David S. Holmes
Two Mortar Board members nominated Holmes: Brian Milligan, senior in engineering from Overland Park and Emily Barger, speech-language-hearing senior from Garfield. Milligan wrote of Holmes: "His relaxed, interactive teaching style makes each student feel like he or she is part of his lectures. ... His office door is always open and he has invited me to his home. Each visit, I felt as though I could have stayed for hours discussing everything from a shared interest in running to serious topics in psychology."

Holmes joined KU's faculty in 1971. His previous teaching honors include the American Psychological Foundation award for distinguished teaching in psychology in 1988 and in 1991, a Standard Oil (Indiana) award for effectiveness in teaching in 1972.
He was a HOPE (Honor for the Outstanding Progressive Educator) award semifinalist in 1995. He was one of eight members of the KU faculty chosen for Outstanding Educators of America in 1973. A 1961 graduate of Northern Illinois University in DeKalb, he received master's and doctoral degrees from Northwestern University in Evanston, Ill.
Kathleen A. McCluskey-Fawcett
"She provides students in her child psychology honors class an opportunity to volunteer in an agency working with children and summarize the experience in a paper. I found this application of the concepts to real-life one of the best methods for learning class material. ...," Kelly E. Thompson, Springfield, Mo., senior in psychology, said in her nominating letter.

McCluskey-Fawcett was appointed associate provost in 1996. She came to KU as a visiting associate professor of psychology in 1985 and joined the faculty in 1986. She was chair of the psychology department from 1986 to 1989, when she was appointed associate dean of the College of Liberal Arts and Sciences. In 1993, she was named associate vice chancellor for academic affairs. A 1971 graduate of the University of Minnesota, Minneapolis, she earned a master's degree in child development and a doctorate in developmental and child psychology, both from KU.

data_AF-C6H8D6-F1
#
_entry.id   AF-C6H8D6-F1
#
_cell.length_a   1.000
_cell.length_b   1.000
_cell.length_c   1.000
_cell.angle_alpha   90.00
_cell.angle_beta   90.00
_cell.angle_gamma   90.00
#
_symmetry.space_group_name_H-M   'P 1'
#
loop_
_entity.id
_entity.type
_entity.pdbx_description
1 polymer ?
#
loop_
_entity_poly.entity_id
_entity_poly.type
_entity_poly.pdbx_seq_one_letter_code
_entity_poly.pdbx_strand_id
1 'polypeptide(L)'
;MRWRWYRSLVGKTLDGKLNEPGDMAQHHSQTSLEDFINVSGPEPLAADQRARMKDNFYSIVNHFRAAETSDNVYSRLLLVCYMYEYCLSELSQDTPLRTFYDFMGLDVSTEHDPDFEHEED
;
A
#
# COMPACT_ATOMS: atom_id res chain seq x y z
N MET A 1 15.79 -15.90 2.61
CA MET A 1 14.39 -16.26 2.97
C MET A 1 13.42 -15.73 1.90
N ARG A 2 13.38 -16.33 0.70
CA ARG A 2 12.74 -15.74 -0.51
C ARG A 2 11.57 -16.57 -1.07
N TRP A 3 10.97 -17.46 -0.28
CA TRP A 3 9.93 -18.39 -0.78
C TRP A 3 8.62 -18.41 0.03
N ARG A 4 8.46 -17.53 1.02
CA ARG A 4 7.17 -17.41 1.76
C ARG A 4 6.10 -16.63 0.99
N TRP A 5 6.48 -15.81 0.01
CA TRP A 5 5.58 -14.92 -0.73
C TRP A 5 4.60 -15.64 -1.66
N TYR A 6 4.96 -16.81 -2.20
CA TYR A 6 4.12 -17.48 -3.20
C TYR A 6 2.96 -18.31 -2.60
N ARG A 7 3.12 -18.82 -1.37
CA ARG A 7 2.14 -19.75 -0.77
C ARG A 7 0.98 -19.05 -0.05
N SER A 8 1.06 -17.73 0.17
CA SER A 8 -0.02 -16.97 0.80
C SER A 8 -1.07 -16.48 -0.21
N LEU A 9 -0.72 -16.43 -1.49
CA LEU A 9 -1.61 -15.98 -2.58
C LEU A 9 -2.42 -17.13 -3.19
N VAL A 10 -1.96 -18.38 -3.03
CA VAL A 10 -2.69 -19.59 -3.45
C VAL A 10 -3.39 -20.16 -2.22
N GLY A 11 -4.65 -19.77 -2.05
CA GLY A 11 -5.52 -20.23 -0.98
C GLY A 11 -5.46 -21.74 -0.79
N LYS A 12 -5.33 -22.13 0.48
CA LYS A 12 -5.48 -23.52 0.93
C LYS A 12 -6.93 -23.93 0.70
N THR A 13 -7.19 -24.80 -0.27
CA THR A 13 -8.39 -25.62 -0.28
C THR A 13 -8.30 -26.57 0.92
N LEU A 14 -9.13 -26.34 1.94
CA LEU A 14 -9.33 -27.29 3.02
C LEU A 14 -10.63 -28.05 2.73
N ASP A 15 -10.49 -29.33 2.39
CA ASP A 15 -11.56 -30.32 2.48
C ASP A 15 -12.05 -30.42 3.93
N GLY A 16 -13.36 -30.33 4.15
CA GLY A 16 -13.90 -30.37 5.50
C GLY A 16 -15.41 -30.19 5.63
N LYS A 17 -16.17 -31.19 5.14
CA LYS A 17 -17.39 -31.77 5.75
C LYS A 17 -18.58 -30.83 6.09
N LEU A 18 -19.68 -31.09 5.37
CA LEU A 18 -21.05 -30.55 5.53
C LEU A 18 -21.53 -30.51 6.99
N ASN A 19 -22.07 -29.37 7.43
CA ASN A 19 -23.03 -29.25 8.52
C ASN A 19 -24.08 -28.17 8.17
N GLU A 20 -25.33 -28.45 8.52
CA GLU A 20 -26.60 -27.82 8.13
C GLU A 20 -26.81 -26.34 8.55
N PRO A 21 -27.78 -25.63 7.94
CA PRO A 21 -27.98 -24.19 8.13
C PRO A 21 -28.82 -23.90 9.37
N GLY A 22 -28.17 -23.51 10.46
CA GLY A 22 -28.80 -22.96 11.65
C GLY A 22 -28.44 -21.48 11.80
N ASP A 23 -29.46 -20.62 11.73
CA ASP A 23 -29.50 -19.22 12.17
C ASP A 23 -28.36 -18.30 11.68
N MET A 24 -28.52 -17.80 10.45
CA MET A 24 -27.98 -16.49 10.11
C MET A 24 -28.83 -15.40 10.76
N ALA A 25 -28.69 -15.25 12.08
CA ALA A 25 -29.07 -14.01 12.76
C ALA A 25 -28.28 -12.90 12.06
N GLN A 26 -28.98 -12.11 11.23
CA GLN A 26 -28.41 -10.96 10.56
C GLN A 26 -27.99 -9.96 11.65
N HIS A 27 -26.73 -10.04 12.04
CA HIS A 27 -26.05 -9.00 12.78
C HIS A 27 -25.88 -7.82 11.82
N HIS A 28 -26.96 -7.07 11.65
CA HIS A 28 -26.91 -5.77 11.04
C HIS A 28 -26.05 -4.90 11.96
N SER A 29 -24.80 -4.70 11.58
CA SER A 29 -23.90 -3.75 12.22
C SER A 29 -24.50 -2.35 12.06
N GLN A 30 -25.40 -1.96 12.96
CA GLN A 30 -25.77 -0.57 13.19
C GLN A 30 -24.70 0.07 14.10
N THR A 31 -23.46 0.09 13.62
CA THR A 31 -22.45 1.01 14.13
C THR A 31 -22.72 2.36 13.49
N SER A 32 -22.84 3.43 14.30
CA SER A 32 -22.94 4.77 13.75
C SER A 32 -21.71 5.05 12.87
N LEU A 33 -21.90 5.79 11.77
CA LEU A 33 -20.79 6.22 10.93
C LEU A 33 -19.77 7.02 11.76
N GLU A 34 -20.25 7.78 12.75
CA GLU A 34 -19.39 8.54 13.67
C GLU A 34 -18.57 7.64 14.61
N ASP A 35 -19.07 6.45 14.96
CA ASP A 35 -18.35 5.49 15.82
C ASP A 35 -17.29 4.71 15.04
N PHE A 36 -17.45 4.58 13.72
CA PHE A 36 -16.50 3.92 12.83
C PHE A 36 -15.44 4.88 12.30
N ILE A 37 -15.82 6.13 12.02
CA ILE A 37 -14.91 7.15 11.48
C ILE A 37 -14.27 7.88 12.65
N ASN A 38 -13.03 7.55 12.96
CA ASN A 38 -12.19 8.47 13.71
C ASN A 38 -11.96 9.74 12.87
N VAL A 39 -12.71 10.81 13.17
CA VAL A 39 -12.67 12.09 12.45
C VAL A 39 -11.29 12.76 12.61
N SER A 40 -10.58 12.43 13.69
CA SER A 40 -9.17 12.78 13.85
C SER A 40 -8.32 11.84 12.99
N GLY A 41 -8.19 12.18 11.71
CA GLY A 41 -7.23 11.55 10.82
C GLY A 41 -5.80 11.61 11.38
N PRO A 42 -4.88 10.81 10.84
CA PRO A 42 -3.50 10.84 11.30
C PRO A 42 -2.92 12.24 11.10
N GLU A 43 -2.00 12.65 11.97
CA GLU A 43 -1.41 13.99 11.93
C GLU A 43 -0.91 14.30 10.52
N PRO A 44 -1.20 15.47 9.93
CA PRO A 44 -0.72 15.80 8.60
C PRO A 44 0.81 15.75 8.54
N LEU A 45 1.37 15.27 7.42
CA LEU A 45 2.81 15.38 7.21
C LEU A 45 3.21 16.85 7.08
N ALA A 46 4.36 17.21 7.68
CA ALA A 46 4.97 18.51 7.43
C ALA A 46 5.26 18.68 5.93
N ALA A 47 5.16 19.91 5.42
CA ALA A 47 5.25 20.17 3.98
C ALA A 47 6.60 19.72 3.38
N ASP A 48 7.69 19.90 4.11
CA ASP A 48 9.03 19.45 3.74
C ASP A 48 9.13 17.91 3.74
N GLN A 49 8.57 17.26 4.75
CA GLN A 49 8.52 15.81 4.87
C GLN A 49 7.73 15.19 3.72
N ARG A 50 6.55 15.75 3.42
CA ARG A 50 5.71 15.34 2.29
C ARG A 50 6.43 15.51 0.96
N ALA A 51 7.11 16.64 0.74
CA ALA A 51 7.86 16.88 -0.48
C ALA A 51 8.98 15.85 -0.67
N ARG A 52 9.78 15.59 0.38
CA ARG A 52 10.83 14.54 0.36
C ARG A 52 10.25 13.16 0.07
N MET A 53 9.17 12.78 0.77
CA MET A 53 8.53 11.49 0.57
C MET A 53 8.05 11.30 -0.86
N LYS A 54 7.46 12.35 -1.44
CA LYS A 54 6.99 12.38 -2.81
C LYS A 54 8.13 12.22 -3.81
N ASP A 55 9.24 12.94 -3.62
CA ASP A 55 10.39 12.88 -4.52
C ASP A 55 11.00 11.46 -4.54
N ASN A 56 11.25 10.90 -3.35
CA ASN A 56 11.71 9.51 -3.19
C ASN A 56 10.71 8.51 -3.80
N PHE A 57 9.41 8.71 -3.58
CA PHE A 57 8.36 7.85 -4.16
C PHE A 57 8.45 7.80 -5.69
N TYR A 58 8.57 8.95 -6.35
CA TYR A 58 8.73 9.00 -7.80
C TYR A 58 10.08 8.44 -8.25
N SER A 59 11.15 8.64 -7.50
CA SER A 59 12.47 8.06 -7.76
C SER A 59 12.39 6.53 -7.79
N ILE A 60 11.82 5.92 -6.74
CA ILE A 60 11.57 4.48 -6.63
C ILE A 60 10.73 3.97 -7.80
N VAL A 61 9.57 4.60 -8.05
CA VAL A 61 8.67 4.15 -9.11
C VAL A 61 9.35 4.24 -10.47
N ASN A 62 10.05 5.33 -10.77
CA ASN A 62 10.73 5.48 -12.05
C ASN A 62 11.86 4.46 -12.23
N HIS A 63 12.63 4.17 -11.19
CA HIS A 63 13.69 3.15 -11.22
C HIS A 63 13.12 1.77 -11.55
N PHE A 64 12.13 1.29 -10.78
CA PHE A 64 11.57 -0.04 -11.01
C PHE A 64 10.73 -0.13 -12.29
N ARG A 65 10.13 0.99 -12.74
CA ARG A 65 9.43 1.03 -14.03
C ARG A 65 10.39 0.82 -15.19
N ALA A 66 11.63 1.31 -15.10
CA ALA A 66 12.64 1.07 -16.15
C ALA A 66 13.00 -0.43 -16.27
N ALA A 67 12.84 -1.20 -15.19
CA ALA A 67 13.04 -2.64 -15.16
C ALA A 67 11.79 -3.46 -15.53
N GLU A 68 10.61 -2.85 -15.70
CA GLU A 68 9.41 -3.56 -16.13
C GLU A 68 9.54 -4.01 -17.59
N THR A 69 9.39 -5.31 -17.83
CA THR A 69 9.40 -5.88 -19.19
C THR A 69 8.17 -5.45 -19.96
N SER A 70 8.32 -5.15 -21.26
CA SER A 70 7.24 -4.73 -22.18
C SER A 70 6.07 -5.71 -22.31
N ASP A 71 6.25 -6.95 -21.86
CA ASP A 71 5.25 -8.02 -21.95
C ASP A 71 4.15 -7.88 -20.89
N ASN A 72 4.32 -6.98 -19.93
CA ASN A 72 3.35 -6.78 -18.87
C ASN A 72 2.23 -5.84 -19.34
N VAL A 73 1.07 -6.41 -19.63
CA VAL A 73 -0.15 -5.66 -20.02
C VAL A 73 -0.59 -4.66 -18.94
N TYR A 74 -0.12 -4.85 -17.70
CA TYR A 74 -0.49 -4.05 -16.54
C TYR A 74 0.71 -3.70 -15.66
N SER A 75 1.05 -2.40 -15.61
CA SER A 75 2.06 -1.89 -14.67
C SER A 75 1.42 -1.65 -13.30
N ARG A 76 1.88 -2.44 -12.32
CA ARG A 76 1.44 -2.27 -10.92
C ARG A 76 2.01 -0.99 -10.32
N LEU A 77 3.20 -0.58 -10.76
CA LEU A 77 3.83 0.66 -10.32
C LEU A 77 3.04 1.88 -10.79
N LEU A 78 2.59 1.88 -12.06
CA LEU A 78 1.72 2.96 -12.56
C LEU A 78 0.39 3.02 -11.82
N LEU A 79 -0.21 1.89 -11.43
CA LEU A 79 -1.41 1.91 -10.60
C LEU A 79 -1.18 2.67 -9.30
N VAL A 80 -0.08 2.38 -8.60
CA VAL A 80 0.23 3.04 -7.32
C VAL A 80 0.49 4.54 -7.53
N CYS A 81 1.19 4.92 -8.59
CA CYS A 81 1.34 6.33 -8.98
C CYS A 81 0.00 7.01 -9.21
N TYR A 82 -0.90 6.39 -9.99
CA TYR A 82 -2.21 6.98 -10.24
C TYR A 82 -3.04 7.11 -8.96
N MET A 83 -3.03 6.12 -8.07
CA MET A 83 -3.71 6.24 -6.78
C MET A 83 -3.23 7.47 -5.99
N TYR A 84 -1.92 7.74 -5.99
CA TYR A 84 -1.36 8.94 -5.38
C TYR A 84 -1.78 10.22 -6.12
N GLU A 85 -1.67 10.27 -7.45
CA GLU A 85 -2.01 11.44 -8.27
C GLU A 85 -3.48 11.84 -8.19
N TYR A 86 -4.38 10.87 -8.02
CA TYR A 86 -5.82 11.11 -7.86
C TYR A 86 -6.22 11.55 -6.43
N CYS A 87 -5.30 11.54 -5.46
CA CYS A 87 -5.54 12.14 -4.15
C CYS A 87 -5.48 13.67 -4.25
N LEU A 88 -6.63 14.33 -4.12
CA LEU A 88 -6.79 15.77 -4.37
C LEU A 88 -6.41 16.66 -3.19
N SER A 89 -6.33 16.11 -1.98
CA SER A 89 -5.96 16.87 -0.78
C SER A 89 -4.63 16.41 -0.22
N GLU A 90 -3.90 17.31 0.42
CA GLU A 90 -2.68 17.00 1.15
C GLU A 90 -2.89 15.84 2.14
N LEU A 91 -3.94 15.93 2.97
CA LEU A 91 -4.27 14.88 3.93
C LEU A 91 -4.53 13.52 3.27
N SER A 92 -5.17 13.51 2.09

Tim Shaftel
"He inspires us to learn more than just textbook definition of things in accounting. He makes us want to go out and find things that pertain to our life and make accounting exciting," Tiffany Crow, Independence, Kan., senior in business, said in her speech nominating Shaftel.

Shaftel has taught at KU for 10 years. His previous teaching awards include a 1997 W.T. Kemper Fellowship for Teaching Excellence and a 1994 Henry A. Bubb award for distinguished teaching in business. KU accounting students gave him the 1992 outstanding accounting educator award and in 1991, Shaftel was a semifinalist for the university-wide HOPE (Honor for the Outstanding Progressive Educator) award. He is a 1968 graduate in information systems engineering from the University of California-Los Angeles. Shaftel holds master's and doctoral degrees in university industrial administration from Carnegie Mellon University in Pittsburgh, Pa.